I congratulate the Chileans for their marvelous accomplishment of rescuing the 33 miners who were trapped for 70 days in the San Jose gold and copper mine in the Atacama Desert. The miners endured the longest known period of being trapped underground in world history.
The mine partially collapsed on August 5, confining the miners nearly half a mile below the surface. For the first 17 days, no one on the surface knew whether the 33 men were alive until a probe broke through to the safety chamber in which the miners were at the time of the collapse – to the surprise and relief of the world. Shift supervisor Luis Urzua, who received the honor he had requested of being the last miner rescued, is credited with organizing the men and looking after all their needs in the dark mine with little food or other provisions. Once communication was established with the surface, among the first items the miners requested from the surface were articles of Christian devotion.
The Chilean mine collapse reminded me of the flooding of the Quecreek coal mine in Pennsylvania in 2002, from which all of the trapped miners survived because of an unprecedented successful rescue operation after they had managed to find a small area of higher ground to escape drowning. Governor Mark Schweiker coordinated the state’s effort to save the miners, backed by United States President George W. Bush, who provided critical federal support. I am proud that a Pennsylvania driller was among the Americans who assisted in the Chilean rescue, an effort for which much state-of-the-art technology was necessary. Chilean President Sebastian Pinera not only backed his state’s effort to rescue the miners, but this extraordinary leader had encouraged the effort to continue try to locate the miners when others doubted they were still alive. Like Schweiker, he kept the public informed of the advancement of the operation.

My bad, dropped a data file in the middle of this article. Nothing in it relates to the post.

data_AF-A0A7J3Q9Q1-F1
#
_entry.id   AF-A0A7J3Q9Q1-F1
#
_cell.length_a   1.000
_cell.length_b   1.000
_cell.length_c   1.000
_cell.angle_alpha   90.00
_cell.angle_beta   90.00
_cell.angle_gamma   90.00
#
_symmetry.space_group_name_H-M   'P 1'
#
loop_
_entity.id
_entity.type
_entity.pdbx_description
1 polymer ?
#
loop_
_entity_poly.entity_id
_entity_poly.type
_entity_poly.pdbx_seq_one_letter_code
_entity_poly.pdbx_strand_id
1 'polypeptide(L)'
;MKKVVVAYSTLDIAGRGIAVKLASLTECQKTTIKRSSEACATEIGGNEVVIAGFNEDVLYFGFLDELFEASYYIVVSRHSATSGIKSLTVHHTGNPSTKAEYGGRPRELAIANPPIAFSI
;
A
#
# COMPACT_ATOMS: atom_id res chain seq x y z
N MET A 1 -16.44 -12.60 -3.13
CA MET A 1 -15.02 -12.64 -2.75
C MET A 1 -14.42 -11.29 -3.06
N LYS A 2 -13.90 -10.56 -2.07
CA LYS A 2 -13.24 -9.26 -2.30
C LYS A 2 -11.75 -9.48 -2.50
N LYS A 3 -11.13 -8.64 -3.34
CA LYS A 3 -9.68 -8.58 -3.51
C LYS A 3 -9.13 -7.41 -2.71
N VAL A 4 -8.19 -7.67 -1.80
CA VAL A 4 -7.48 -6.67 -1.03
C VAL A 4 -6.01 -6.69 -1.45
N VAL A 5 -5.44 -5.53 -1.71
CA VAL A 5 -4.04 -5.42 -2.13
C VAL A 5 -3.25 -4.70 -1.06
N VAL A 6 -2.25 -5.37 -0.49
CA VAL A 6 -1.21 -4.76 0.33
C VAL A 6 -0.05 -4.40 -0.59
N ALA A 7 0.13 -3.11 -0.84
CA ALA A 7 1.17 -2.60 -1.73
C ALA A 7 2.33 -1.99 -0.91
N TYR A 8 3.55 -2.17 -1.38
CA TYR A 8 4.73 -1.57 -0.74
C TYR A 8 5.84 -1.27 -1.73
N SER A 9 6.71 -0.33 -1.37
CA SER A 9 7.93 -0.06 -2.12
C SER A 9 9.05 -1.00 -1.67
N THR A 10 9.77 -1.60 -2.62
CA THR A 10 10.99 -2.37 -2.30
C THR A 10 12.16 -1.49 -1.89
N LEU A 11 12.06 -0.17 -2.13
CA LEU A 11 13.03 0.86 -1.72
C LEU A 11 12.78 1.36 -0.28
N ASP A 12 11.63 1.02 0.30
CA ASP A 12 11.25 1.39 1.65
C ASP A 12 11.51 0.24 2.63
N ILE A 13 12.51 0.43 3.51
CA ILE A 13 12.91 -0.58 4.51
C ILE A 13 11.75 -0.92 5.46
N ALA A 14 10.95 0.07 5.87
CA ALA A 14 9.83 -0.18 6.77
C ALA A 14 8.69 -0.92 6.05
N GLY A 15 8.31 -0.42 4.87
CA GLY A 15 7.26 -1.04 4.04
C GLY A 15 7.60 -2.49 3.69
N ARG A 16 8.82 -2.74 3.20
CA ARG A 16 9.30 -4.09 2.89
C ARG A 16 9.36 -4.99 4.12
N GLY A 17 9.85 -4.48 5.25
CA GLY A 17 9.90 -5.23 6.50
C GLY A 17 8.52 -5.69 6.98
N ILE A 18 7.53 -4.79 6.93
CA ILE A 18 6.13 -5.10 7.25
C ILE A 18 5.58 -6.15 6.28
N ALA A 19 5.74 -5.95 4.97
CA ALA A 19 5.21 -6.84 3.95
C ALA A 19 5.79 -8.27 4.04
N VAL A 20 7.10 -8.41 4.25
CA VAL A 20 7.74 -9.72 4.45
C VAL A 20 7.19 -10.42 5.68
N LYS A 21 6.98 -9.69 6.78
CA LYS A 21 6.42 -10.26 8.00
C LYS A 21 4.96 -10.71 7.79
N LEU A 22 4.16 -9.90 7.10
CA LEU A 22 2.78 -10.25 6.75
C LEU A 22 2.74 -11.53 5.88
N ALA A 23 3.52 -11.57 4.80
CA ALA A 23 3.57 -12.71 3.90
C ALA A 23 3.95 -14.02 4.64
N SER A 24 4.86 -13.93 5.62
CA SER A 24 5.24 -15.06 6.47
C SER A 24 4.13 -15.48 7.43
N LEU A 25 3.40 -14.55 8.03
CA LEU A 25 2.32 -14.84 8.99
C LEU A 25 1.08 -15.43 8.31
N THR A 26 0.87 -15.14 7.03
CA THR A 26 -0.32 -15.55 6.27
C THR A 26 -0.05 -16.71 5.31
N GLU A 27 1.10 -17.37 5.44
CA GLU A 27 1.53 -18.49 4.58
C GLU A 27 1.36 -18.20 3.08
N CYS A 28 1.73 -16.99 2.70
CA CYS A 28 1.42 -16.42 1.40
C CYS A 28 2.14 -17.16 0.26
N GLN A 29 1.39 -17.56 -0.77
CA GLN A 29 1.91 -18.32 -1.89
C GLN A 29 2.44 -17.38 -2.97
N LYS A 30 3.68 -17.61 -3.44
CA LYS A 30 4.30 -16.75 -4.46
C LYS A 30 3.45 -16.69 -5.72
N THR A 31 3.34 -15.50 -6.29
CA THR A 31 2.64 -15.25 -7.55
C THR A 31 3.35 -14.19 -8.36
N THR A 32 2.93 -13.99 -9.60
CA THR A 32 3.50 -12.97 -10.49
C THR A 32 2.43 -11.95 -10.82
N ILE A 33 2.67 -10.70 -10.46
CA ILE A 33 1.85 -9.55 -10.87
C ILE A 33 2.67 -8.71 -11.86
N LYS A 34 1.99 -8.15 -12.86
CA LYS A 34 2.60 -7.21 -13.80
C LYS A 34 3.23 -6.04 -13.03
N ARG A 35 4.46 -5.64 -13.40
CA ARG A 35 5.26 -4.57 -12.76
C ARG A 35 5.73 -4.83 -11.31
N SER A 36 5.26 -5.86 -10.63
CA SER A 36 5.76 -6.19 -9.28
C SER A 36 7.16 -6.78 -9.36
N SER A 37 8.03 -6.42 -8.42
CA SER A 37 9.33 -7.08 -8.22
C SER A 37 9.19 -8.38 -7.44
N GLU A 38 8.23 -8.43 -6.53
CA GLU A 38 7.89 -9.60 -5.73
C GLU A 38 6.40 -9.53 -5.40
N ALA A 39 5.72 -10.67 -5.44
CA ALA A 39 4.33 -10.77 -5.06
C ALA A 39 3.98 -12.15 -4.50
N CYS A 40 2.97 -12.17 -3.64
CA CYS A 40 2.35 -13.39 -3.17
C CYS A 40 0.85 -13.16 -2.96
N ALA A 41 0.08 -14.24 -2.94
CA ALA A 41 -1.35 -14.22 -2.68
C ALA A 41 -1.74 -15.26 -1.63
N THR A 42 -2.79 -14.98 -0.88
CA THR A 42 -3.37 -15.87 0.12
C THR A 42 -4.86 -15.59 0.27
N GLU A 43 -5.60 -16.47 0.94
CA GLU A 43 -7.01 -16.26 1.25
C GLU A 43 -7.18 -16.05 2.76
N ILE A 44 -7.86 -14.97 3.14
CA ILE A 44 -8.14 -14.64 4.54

As in the case of the Pennsylvania mine disaster, it is hoped that much will be learned about mine safety and rescue from the Chilean disaster. Mining is of great economic significance in Chile, as it is in Pennsylvania, which made this rescue critically important. Copper, for example, is among Chile’s main exports to the United States, along with fruit and wine. Trade between the U.S. and Chile, one of the most prosperous Latin American states, increased dramatically after the free trade agreement negotiated by the Bush Administration was implemented in 2004.
One thing, of course, that has already been learned from the Chilean miners is the human ability to endure such a difficult confinement for such a long period. How they survived their ordeal will be studied, and the efforts of the rescuers from the surface to supply the miners with all of their provisions will be a model. Also worthy of praise are the brave Chilean rescue workers who had to take the unusual step of being lowered into the mine chamber in which the 33 miners were trapped.
Chile suffered a major earthquake earlier this year. The successful mine rescue is a sharp contrast to that deadly disaster. It also punctuates the celebration of Chile’s Bicentennial, which occurred during the miner’s confinement. Chileans are right to proud of themselves for accomplishing something no one else ever has.
Thank God for this successful rescue. I pray the miners make a full recovery. Viva, Chile!